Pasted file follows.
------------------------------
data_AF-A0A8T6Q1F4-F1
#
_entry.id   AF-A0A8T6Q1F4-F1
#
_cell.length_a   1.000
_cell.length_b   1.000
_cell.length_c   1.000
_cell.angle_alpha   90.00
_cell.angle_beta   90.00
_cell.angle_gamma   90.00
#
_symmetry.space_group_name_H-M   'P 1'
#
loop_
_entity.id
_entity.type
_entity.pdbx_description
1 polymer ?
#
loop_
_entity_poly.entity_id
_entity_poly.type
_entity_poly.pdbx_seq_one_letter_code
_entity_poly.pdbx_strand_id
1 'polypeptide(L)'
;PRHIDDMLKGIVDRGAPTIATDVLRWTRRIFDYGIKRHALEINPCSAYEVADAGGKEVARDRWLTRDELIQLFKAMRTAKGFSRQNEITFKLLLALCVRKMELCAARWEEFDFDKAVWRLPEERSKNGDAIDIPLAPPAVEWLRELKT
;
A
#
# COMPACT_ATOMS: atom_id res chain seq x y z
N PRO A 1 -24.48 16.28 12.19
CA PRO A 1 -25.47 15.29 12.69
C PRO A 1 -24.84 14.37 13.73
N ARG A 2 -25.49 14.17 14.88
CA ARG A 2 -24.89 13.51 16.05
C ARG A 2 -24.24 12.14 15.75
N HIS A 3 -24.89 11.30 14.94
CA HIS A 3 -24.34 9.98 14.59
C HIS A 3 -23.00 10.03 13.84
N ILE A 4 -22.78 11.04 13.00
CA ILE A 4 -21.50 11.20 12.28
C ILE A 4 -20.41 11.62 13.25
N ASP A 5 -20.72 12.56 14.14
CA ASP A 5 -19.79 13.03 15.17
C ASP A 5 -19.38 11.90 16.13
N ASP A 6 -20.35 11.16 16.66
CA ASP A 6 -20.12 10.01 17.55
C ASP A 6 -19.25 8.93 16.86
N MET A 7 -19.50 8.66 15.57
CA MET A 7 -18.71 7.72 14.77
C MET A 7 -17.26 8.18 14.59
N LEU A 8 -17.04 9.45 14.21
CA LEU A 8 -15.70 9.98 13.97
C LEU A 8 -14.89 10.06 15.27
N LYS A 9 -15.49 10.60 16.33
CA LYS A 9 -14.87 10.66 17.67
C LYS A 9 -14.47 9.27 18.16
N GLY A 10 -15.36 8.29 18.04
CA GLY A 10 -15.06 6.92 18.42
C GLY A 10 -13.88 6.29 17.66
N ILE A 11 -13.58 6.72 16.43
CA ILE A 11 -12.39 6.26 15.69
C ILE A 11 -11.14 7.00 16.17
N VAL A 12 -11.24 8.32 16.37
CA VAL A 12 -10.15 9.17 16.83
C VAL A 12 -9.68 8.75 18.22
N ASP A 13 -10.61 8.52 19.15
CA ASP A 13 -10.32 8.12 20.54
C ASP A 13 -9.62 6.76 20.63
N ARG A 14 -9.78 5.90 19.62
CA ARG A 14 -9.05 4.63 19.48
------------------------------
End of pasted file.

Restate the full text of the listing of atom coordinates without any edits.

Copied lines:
data_AF-A0A8T6Q1F4-F1
#
_entry.id   AF-A0A8T6Q1F4-F1
#
_cell.length_a   1.000
_cell.length_b   1.000
_cell.length_c   1.000
_cell.angle_alpha   90.00
_cell.angle_beta   90.00
_cell.angle_gamma   90.00
#
_symmetry.space_group_name_H-M   'P 1'
#
loop_
_entity.id
_entity.type
_entity.pdbx_description
1 polymer ?
#
loop_
_entity_poly.entity_id
_entity_poly.type
_entity_poly.pdbx_seq_one_letter_code
_entity_poly.pdbx_strand_id
1 'polypeptide(L)'
;PRHIDDMLKGIVDRGAPTIATDVLRWTRRIFDYGIKRHALEINPCSAYEVADAGGKEVARDRWLTRDELIQLFKAMRTAKGFSRQNEITFKLLLALCVRKMELCAARWEEFDFDKAVWRLPEERSKNGDAIDIPLAPPAVEWLRELKT
;
A
#
# COMPACT_ATOMS: atom_id res chain seq x y z
N PRO A 1 -24.48 16.28 12.19
CA PRO A 1 -25.47 15.29 12.69
C PRO A 1 -24.84 14.37 13.73
N ARG A 2 -25.49 14.17 14.88
CA ARG A 2 -24.89 13.51 16.05
C ARG A 2 -24.24 12.14 15.75
N HIS A 3 -24.89 11.30 14.94
CA HIS A 3 -24.34 9.98 14.59
C HIS A 3 -23.00 10.03 13.84
N ILE A 4 -22.78 11.04 13.00
CA ILE A 4 -21.50 11.20 12.28
C ILE A 4 -20.41 11.62 13.25
N ASP A 5 -20.72 12.56 14.14
CA ASP A 5 -19.79 13.03 15.17
C ASP A 5 -19.38 11.90 16.13
N ASP A 6 -20.35 11.16 16.66
CA ASP A 6 -20.12 10.01 17.55
C ASP A 6 -19.25 8.93 16.86
N MET A 7 -19.50 8.66 15.57
CA MET A 7 -18.71 7.72 14.77
C MET A 7 -17.26 8.18 14.59
N LEU A 8 -17.04 9.45 14.21
CA LEU A 8 -15.70 9.98 13.97
C LEU A 8 -14.89 10.06 15.27
N LYS A 9 -15.49 10.60 16.33
CA LYS A 9 -14.87 10.66 17.67
C LYS A 9 -14.47 9.27 18.16
N GLY A 10 -15.36 8.29 18.04
CA GLY A 10 -15.06 6.92 18.42
C GLY A 10 -13.88 6.29 17.66
N ILE A 11 -13.58 6.72 16.43
CA ILE A 11 -12.39 6.26 15.69
C ILE A 11 -11.14 7.00 16.17
N VAL A 12 -11.24 8.32 16.37
CA VAL A 12 -10.15 9.17 16.83
C VAL A 12 -9.68 8.75 18.22
N ASP A 13 -10.61 8.52 19.15
CA ASP A 13 -10.32 8.12 20.54
C ASP A 13 -9.62 6.76 20.63
N ARG A 14 -9.78 5.90 19.62
CA ARG A 14 -9.05 4.63 19.48